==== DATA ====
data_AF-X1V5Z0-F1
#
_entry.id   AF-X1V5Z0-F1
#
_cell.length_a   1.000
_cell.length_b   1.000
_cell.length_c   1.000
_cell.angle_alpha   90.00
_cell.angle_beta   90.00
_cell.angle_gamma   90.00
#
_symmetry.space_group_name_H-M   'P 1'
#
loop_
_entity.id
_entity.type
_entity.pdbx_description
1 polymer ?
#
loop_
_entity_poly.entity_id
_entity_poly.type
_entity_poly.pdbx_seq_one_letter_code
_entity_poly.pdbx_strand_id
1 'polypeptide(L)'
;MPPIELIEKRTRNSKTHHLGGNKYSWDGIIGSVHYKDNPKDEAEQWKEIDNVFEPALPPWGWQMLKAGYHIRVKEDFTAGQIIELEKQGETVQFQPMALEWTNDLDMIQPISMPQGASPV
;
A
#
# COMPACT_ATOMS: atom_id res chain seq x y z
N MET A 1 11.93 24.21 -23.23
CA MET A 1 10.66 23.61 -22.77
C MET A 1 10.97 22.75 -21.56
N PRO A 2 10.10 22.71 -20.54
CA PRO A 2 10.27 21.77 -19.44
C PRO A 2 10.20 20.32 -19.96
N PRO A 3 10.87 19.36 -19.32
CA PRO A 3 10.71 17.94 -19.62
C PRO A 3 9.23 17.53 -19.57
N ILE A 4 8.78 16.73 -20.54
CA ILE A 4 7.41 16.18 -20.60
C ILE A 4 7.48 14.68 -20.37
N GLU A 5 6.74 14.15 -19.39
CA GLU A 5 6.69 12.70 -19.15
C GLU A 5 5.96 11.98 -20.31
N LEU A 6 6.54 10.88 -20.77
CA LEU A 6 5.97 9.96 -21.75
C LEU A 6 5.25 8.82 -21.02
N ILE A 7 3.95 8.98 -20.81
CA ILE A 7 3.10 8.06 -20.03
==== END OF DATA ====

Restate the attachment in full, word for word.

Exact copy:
data_AF-X1V5Z0-F1
#
_entry.id   AF-X1V5Z0-F1
#
_cell.length_a   1.000
_cell.length_b   1.000
_cell.length_c   1.000
_cell.angle_alpha   90.00
_cell.angle_beta   90.00
_cell.angle_gamma   90.00
#
_symmetry.space_group_name_H-M   'P 1'
#
loop_
_entity.id
_entity.type
_entity.pdbx_description
1 polymer ?
#
loop_
_entity_poly.entity_id
_entity_poly.type
_entity_poly.pdbx_seq_one_letter_code
_entity_poly.pdbx_strand_id
1 'polypeptide(L)'
;MPPIELIEKRTRNSKTHHLGGNKYSWDGIIGSVHYKDNPKDEAEQWKEIDNVFEPALPPWGWQMLKAGYHIRVKEDFTAGQIIELEKQGETVQFQPMALEWTNDLDMIQPISMPQGASPV
;
A
#
# COMPACT_ATOMS: atom_id res chain seq x y z
N MET A 1 11.93 24.21 -23.23
CA MET A 1 10.66 23.61 -22.77
C MET A 1 10.97 22.75 -21.56
N PRO A 2 10.10 22.71 -20.54
CA PRO A 2 10.27 21.77 -19.44
C PRO A 2 10.20 20.32 -19.96
N PRO A 3 10.87 19.36 -19.32
CA PRO A 3 10.71 17.94 -19.62
C PRO A 3 9.23 17.53 -19.57
N ILE A 4 8.78 16.73 -20.54
CA ILE A 4 7.41 16.18 -20.60
C ILE A 4 7.48 14.68 -20.37
N GLU A 5 6.74 14.15 -19.39
CA GLU A 5 6.69 12.70 -19.15
C GLU A 5 5.96 11.98 -20.31
N LEU A 6 6.54 10.88 -20.77
CA LEU A 6 5.97 9.96 -21.75
C LEU A 6 5.25 8.82 -21.02
N ILE A 7 3.95 8.98 -20.81
CA ILE A 7 3.10 8.06 -20.03